Mandy Gutierrez, principal of Robb Elementary School in Texas, was suspended with pay on Monday, her attorney, Ricardo Cedillo, confirmed to ABC News.
A special legislative inquiry into the May 24 school massacre found that Gutierrez knew about security concerns before a gunman gained access to the school – killing 19 students and two teachers – but she had no not solved the problems.
District officials declined to discuss the suspension or what it means.
Gutierrez joins School District Police Chief Pete Arredondo, still on unpaid administrative leave. The Uvalde Consolidated Independent School District recommended Arredondo’s dismissal.
The leader was singled out for a series of catastrophic failures in leading the police response to the massacre which ignored the possibility that children and teachers could be saved if the armed teenager had been confronted and neutralized, as the requires standard police protocol.
News of Gutierrez’s suspension began circulating just before a regular school board meeting on Monday night. During the session, the board announced that the 2022-23 school year will begin Sept. 6 as the district implements a series of safety improvements and provisions for emotional and social support services.
Before authorities announced their plans, the council was again greeted by family members of the shooting victims, as well as other community residents troubled by the way district leaders have acted. since May 24.
“These parents are still hurting. And they want answers,” Daniel Myers, a pastor, told the council.
Uvalde: 365 is an ABC News continuing series reported from Uvalde and focused on the Texas community and how it continues in the shadow of tragedy.
Brett Cross, father of Uziyah Garcia, who was killed in the massacre, pointed to board members, saying only one of those present had contacted his family. He asked someone on the board to take responsibility for the failures that allowed the shooting to happen in the first place and for how the district handled the aftermath.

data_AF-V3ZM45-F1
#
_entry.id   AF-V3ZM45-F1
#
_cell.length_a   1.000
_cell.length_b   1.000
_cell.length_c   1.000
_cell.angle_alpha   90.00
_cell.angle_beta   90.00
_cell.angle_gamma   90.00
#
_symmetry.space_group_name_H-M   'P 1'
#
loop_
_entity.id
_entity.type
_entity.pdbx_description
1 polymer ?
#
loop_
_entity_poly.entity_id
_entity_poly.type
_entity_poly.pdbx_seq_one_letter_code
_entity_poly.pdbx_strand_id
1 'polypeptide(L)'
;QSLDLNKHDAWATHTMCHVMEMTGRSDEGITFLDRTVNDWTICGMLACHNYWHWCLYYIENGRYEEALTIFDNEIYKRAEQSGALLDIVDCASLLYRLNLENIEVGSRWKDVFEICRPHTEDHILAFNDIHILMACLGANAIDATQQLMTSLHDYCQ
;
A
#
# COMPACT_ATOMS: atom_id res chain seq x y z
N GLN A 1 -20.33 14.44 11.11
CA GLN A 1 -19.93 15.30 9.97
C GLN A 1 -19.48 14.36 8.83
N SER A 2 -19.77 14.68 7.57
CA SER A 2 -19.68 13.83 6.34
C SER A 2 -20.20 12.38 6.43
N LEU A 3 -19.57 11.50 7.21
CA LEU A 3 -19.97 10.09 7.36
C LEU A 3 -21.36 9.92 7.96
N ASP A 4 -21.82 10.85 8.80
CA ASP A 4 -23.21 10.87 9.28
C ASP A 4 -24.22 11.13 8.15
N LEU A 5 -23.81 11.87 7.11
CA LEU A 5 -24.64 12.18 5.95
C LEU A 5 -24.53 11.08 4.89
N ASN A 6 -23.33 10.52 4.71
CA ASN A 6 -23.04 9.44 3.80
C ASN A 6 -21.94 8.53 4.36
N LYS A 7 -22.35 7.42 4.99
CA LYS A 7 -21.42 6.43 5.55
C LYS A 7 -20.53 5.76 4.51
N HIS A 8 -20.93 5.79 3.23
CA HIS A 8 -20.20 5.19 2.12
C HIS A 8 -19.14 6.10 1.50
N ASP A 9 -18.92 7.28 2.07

“You care more about yourselves than our children,” Cross told the board. “Why haven’t you still taken responsibility for your mess? Can any of you look me straight in the eye and say, ‘Listen, have we screwed up?'”
Finally, board member Luis Fernandez confessed that “everyone was wrong”.
“So, let’s recap: two months later… nothing has changed,” Belinda Arreola told the board. “We’re banging our heads against a brick wall once again, demanding answers and accountability… We’re not going anywhere because it’s always something.”
“I don’t think any security measures will ease our hearts and minds,” Tracy Byrd said, pointing to the heavy loss of life, despite the heavy response from law enforcement. The board did not respond.
Among the announced security improvements, Wi-Fi and communication issues identified by investigators would be audited starting Tuesday. Authorities are also looking for an interim district police chief, and the district police force will be reorganized. Other improvements announced were that new video camera systems arrived and are being installed this week, and vestibules and school access points are being reviewed by consultants and limited.
The district’s Raptor security system is being overhauled to make emergency alerts clearer to users. The district also requested that 30 to 40 state troopers be on hand to assist on the first day of school.
Among the announced social and emotional support will be an additional five licensed counselors, one per campus, as well as telemedicine to include psychiatric and counseling services through the UT Health System. It was also announced that the district will use the Rhithm app, a morning assessment to ask students how they are doing and feeling, and that parent support will be available through the bereavement center, to include one-on-one support available for any person in the community in need.